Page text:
A multi-speed Europe

INTERNET providers will be barred from charging online businesses for “fast lanes”—that is, giving priority to their traffic—except for certain specialised services, such as videoconferencing or telesurgery. They also must not block or slow traffic other than reasonably to manage their networks, such as to avoid congestion.

This is the essence of a law the European Parliament passed on October 27th, after months of argy-bargy with the EU’s executive, the European Commission, and national governments. For those unfamiliar with the debate over “network neutrality”, the principle of treating all internet traffic equally, the rules may seem much the same as those approved by America’s Federal Communications Commission (FCC) in February. But although the wording is similar, the details vary enough that they may produce a very different outcome—one that could further weaken Europe’s smallish online industry.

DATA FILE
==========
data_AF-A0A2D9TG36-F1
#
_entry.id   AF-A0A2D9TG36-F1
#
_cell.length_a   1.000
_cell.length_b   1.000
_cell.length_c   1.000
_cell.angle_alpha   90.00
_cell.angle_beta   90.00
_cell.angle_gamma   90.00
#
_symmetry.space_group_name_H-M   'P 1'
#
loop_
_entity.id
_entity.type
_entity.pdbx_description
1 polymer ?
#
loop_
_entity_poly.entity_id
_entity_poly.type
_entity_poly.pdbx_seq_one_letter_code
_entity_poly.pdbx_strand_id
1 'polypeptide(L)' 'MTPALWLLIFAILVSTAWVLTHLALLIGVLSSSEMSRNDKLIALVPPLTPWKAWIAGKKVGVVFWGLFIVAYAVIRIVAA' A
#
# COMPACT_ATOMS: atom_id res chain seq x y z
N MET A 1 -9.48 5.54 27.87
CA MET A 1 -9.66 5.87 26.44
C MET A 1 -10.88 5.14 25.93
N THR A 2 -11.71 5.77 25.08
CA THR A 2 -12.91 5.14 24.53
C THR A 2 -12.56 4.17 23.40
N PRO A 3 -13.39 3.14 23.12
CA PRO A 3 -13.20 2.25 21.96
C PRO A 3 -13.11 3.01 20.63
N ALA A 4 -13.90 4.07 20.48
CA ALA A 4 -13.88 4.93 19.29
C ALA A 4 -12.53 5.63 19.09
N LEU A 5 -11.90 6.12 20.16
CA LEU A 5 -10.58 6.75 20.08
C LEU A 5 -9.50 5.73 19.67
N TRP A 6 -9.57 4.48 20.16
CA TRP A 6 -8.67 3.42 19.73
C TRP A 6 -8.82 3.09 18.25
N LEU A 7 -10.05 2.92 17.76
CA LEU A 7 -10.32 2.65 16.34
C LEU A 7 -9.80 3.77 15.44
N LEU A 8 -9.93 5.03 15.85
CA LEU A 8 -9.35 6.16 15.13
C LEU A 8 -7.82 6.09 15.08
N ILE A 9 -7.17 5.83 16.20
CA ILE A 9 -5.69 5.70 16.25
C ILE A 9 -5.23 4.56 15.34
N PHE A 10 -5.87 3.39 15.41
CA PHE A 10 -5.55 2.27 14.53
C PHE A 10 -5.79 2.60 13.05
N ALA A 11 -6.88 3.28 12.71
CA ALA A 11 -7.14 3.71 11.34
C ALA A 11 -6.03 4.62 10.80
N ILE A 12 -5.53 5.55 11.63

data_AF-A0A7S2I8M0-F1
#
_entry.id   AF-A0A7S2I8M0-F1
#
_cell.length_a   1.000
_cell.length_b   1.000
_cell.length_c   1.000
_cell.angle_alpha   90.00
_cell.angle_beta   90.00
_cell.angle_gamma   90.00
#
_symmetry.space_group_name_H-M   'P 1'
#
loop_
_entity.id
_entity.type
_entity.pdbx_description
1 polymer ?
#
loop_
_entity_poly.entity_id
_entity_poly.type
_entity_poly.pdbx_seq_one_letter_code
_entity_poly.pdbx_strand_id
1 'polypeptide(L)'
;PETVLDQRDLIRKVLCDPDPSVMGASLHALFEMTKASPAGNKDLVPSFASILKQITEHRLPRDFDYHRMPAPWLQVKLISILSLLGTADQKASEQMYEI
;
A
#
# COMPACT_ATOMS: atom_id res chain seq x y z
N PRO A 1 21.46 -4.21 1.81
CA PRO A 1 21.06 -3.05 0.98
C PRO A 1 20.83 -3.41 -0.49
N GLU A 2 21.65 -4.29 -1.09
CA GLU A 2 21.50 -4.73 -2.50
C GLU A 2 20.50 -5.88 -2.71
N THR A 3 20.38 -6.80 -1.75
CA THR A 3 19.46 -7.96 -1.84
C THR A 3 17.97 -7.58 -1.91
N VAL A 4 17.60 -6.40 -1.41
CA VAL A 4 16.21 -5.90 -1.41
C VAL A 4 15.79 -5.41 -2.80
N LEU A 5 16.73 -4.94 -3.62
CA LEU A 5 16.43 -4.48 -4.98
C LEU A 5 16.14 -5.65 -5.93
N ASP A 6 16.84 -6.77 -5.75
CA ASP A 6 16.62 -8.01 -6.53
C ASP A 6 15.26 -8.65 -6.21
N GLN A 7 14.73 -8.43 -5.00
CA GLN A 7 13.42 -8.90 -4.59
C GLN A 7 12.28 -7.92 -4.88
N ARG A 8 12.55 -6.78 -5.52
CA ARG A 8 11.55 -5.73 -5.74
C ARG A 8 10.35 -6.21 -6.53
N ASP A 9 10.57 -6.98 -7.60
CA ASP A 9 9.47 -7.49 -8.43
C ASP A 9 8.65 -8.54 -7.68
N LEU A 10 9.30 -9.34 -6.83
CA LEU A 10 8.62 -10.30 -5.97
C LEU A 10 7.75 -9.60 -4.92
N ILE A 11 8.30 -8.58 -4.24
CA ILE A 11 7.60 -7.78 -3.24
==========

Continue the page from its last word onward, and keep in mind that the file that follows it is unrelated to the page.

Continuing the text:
To understand the differences it helps to compare the telecoms markets on both sides of the Atlantic. America has big, profitable fixed-line and mobile operators, such as AT&T, Comcast and Verizon, which want to be free of regulation. They may not be very popular with their customers, but competition between them is limited and they wield great lobbying power. However, they have found their match in America’s internet giants, including Google and...



via Business Feeds

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